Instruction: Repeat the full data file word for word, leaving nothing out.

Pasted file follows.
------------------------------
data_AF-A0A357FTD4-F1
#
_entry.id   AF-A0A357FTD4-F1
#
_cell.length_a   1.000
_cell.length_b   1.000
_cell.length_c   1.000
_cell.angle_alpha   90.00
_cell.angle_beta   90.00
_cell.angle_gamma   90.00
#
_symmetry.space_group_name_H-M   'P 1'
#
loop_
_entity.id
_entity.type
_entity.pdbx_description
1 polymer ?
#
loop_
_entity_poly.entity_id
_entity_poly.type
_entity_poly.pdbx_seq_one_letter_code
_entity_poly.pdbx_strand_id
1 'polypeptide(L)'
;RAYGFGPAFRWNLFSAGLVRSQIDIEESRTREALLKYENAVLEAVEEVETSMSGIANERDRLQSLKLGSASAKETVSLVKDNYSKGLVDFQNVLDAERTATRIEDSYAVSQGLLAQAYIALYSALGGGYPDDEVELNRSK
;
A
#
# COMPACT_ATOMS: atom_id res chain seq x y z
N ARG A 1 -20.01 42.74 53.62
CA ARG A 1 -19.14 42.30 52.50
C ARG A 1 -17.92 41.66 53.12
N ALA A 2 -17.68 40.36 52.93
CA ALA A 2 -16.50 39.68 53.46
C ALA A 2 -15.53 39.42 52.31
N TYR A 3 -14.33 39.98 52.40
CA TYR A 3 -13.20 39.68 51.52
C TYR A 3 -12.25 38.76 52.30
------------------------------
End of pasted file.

data_AF-A0A357FTD4-F1
#
_entry.id   AF-A0A357FTD4-F1
#
_cell.length_a   1.000
_cell.length_b   1.000
_cell.length_c   1.000
_cell.angle_alpha   90.00
_cell.angle_beta   90.00
_cell.angle_gamma   90.00
#
_symmetry.space_group_name_H-M   'P 1'
#
loop_
_entity.id
_entity.type
_entity.pdbx_description
1 polymer ?
#
loop_
_entity_poly.entity_id
_entity_poly.type
_entity_poly.pdbx_seq_one_letter_code
_entity_poly.pdbx_strand_id
1 'polypeptide(L)'
;RAYGFGPAFRWNLFSAGLVRSQIDIEESRTREALLKYENAVLEAVEEVETSMSGIANERDRLQSLKLGSASAKETVSLVKDNYSKGLVDFQNVLDAERTATRIEDSYAVSQGLLAQAYIALYSALGGGYPDDEVELNRSK
;
A
#
# COMPACT_ATOMS: atom_id res chain seq x y z
N ARG A 1 -20.01 42.74 53.62
CA ARG A 1 -19.14 42.30 52.50
C ARG A 1 -17.92 41.66 53.12
N ALA A 2 -17.68 40.36 52.93
CA ALA A 2 -16.50 39.68 53.46
C ALA A 2 -15.53 39.42 52.31
N TYR A 3 -14.33 39.98 52.40
CA TYR A 3 -13.20 39.68 51.52
C TYR A 3 -12.25 38.76 52.30